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How Automation Can Change the Face of Your Martech Stack

As B2B marketing technologies evolve, they become increasingly significant for success.

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Opinions expressed by Entrepreneur contributors are their own.

While the B2B segment has grown phenomenally over the last decade, it was only a couple of years ago that B2B marketing was seen as a hit-and-miss exercise. Having practical tools to identify the target audience, create strategies on their requirements, customize every offering and hit the target — all of this has been made possible only by the marketing tech (martech) stacks that are at play in every plan.

Today, the most significant chunk of this stack is for marketers' needs to be in line with business automation. A decade ago, CRM platforms like Salesforce were adequate, but not anymore. Even though the very concept of the CRM platform is evolving, one thing is sure: A plain CRM is no longer a workable solution or even a process support tool.

Today, many B2B brands have dedicated marketing automation platforms. This automation has to be more targeted on the dollars spent to manage the cost better and add more value to the internal and external customer experience. Infused with artificial intelligence, it is a force to reckon with. An intelligent self-tracking mechanism is also needed to enable scalability and even more efficiency.

Related: The Ultimate B2B Video Marketing Guide for 2021

Automation has become such an intrinsic part of B2B planning processes that in 2019, over 29% of U.S and U.K.-based companies spent some of their budget on marketing technology. Here are some quick statistics from the HubSpot marketing statistics report:

  • 92% of marketing agencies invest heavily in marketing automation integration.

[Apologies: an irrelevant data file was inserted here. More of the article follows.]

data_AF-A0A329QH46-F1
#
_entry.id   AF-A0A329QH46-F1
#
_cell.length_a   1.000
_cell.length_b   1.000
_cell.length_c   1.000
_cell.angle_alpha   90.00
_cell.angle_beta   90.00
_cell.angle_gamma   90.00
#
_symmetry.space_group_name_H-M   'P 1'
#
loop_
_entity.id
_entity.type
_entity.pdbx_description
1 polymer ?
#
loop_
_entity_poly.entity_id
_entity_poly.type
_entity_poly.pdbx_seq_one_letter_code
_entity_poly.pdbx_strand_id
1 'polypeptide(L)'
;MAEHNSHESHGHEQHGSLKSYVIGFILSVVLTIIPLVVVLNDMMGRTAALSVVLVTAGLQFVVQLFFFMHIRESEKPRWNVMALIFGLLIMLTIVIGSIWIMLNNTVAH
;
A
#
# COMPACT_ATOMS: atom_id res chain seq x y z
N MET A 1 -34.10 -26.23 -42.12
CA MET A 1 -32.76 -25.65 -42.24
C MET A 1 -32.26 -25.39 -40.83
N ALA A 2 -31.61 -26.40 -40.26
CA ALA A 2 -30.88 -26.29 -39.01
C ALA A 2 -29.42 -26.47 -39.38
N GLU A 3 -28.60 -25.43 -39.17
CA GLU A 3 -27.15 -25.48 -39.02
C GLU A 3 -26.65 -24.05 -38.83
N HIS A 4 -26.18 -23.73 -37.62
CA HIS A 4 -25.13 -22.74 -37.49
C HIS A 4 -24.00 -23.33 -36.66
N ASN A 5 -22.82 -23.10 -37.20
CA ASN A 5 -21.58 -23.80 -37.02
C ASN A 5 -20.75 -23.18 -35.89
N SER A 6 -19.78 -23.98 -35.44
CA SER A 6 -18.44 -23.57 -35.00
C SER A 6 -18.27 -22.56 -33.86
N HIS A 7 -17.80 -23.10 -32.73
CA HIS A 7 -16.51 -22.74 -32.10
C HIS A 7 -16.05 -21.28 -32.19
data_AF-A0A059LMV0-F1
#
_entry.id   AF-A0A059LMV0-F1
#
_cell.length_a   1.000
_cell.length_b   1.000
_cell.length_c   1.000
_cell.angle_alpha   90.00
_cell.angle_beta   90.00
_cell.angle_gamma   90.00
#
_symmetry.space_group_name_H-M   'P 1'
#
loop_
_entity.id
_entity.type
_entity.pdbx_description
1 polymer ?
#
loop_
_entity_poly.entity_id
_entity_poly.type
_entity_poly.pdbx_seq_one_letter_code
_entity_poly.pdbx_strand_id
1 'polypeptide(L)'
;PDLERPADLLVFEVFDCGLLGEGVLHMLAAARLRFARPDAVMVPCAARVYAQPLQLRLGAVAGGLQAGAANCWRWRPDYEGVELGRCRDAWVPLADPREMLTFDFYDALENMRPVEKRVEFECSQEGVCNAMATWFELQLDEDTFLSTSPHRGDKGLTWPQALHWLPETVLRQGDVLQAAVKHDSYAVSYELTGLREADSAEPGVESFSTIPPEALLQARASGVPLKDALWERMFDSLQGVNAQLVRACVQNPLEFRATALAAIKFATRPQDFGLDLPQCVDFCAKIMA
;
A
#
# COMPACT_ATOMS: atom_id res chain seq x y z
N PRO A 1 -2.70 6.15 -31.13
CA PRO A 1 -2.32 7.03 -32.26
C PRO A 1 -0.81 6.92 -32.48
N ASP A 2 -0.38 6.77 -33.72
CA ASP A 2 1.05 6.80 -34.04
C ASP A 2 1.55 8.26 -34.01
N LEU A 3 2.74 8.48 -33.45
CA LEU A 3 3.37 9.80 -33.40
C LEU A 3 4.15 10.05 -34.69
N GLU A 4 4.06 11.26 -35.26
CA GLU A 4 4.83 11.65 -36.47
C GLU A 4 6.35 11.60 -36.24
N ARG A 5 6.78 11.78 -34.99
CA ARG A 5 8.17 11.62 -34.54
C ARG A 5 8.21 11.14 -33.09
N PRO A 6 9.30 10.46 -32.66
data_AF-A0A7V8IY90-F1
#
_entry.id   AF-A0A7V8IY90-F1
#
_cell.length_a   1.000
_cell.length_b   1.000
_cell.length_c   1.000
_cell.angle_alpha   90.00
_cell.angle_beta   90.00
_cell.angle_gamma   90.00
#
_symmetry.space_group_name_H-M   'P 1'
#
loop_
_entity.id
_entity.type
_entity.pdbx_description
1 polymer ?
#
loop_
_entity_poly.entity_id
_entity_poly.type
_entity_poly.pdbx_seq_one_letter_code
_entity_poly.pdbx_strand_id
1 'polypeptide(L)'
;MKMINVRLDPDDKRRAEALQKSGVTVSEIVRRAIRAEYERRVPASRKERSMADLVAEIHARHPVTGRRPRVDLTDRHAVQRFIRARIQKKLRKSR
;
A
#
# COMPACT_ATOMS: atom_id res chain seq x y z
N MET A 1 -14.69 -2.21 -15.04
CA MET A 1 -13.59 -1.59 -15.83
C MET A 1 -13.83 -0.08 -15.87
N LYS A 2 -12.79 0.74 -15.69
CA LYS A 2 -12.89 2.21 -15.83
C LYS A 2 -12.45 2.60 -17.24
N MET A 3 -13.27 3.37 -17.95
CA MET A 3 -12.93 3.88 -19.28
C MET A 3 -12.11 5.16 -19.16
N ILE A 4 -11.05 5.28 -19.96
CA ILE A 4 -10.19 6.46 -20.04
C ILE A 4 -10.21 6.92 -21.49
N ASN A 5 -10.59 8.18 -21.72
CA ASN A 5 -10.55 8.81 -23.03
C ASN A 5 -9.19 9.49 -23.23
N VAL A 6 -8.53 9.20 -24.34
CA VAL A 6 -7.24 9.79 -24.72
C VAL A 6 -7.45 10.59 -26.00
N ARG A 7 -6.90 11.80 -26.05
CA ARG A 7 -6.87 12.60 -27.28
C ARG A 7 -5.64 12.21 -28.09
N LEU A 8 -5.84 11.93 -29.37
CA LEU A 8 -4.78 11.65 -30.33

• Of these, 23% are automating their content delivery.
  • 68% of businesses use automation in some way.
  • As ABM takes deeper roots, more than 90% of all B2B marketers now have an ABM program and 68% use automation.

Despite these encouraging figures, I sense that not all B2B marketing organizations are using the full potential of automation technologies in their martech stack — either because they are not yet prepared for it or because they have not realized the power it has.

In my view, a lack of skills is a big reason for this unfortunate situation. There are plenty of consultants to guide the marketers but minimal resources to work it on the ground.

One more fundamental reason is that in many cases, the cost of a marketing automation tech stack often far exceeds the value in real terms that can be quantified — to justify the return on investment. This is another genuine issue why automation has not taken over the martech space as much as it could have or should have.

Related: 3 Tips to Consider Before Hiring a B2B PR Agency

Another reason for this could also be the lack of a holistic strategy to leverage the full benefits that marketing automation provides. Using tools in silos, applying automation piecemeal, or not having the entire process validated by the strategy makers, can cause a lack of value addition on applications. This is something organizations need to understand and act upon.

For the B2B marketers of tomorrow, the way out is obvious. The CMO needs to identify a holistic strategy by first identifying clear goals and objectives, the metrics to measure value addition, and the clear focus on the target audience. With a focus on goals, the strategy falls in place, and the role of technology stacks — and automation — is clear after that.

This is the only way to utilize the power of automation in B2B marketing strategy and successfully generate the best possible benefits it can offer.

Related: B2B Marketing Strategies for a Post-Pandemic Environment

Kartik Anand

Written By

Entrepreneur Leadership Network Contributor

Kartik Anand is the founder and executive chairman of Kings Group Ventures, an international management group with a global footprint consisting of diversified partnerships, acquisitions and strategic alliances. He owns and manages multiple companies for over 2,500 people.